|Title:||Pneumothorax; Collapse in compliance? An audit of the management of pneumothorax in an Irish tertiary teaching centre.|
|Author(s):||E McNally, L Gleeson|
|Institution:||St James's Hospital, Dublin|
|Poster:||Click to view poster|
|Category:||General Respiratory and Sleep|
|Abstract:||Pneumothorax(PTX) commonly presents to hospital however approach to management varies. We compared our management of PTX with most recent guidelines by The British Thoracic Society(BTS).|
We conducted a retrospective review of admitted patients with PTX recorded as the primary diagnosis, excluding those electively admitted or transferred for advanced management of a persistent PTX under cardiothoracic surgery(CTS). We included 28 patients(n=28). 12(43%) primary spontaneous PTX, 16(57%) secondary spontaneous PTX. 4(14%) were admitted under CTS, 1(3%) oncology, 15(54%) pulmonology and 8(29%) general medicine.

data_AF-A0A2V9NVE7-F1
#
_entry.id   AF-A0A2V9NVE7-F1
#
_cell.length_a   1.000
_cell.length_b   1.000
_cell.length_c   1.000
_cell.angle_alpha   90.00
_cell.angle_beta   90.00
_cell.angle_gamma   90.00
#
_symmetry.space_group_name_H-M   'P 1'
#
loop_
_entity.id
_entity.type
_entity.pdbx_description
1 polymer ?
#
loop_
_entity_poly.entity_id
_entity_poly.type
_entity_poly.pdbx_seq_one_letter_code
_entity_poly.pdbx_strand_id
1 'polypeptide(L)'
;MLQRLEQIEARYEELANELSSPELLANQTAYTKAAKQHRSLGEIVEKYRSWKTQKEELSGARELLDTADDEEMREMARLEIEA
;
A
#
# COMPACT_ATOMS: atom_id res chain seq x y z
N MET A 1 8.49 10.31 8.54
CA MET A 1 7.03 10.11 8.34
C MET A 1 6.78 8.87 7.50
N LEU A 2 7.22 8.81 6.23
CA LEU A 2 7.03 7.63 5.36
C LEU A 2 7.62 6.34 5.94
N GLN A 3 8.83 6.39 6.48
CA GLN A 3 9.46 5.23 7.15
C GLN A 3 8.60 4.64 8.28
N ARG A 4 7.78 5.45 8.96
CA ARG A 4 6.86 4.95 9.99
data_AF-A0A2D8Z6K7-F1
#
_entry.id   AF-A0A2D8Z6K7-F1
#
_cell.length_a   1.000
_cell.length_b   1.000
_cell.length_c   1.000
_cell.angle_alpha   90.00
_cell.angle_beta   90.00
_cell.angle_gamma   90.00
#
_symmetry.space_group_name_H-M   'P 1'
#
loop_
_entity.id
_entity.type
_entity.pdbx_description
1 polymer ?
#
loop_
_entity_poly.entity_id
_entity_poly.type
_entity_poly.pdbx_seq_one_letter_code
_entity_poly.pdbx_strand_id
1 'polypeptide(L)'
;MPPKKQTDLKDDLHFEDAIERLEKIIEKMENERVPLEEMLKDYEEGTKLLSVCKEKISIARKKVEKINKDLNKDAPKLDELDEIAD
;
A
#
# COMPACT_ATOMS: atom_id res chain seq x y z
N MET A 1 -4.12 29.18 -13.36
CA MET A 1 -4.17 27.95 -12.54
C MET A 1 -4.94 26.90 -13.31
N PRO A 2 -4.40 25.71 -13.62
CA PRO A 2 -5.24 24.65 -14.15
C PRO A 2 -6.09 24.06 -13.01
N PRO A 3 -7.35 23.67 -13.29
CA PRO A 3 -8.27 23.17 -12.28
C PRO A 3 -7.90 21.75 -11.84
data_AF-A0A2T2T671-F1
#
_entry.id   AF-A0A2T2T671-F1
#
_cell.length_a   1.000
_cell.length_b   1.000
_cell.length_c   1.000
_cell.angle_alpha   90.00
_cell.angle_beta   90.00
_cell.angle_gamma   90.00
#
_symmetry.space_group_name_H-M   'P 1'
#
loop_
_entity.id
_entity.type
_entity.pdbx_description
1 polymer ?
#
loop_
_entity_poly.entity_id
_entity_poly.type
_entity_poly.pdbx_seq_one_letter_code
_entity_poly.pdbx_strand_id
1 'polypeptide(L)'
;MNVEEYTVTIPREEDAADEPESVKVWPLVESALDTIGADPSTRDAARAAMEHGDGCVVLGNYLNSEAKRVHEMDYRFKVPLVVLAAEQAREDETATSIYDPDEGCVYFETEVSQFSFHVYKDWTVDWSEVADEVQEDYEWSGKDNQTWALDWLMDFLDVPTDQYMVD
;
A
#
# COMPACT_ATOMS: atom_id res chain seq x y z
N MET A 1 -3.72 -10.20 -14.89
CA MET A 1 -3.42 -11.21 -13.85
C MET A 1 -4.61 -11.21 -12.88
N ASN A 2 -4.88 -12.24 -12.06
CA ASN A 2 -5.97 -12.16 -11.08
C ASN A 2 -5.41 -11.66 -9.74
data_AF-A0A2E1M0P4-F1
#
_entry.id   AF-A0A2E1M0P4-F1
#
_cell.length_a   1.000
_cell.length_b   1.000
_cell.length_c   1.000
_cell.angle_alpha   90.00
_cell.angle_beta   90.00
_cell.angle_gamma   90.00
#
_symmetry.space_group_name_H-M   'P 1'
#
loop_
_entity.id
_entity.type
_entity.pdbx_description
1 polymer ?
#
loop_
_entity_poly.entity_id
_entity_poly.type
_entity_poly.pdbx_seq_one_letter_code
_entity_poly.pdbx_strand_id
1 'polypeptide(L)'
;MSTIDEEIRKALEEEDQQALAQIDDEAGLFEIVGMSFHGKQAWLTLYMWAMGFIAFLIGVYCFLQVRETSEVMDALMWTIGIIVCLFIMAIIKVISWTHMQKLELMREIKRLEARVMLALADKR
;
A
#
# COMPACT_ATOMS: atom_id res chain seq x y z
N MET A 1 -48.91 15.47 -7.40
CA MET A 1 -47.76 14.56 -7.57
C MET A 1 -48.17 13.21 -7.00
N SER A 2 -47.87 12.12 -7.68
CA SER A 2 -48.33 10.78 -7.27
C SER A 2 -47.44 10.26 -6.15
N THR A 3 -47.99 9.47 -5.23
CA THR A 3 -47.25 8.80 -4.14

The size measured at hilum ranged from 0.7cm– 11cm. 8(29%) cases were classified as ‘small’ ie <2cm. 3 proceeded immediately to placement of an intercostal drain. 1 required pleural aspiration followed by drainage. 4 underwent observation with 2 ultimately requiring drain placement for extension of PTX and 2 requiring no further intervention. Average length of stay among this subgroup was 2.5 days.
There was inconsistency across documentation. In 13(46%) cases, suction was applied however the timing was ambiguous in 4(14%). In 8(29%) instances, the type and size of drain was unclear. There was no documentation of safety advice for 10(36%). Overall, we showed compliance with guidelines but highlighted scope to manage a select group with PTX <2cm as outpatients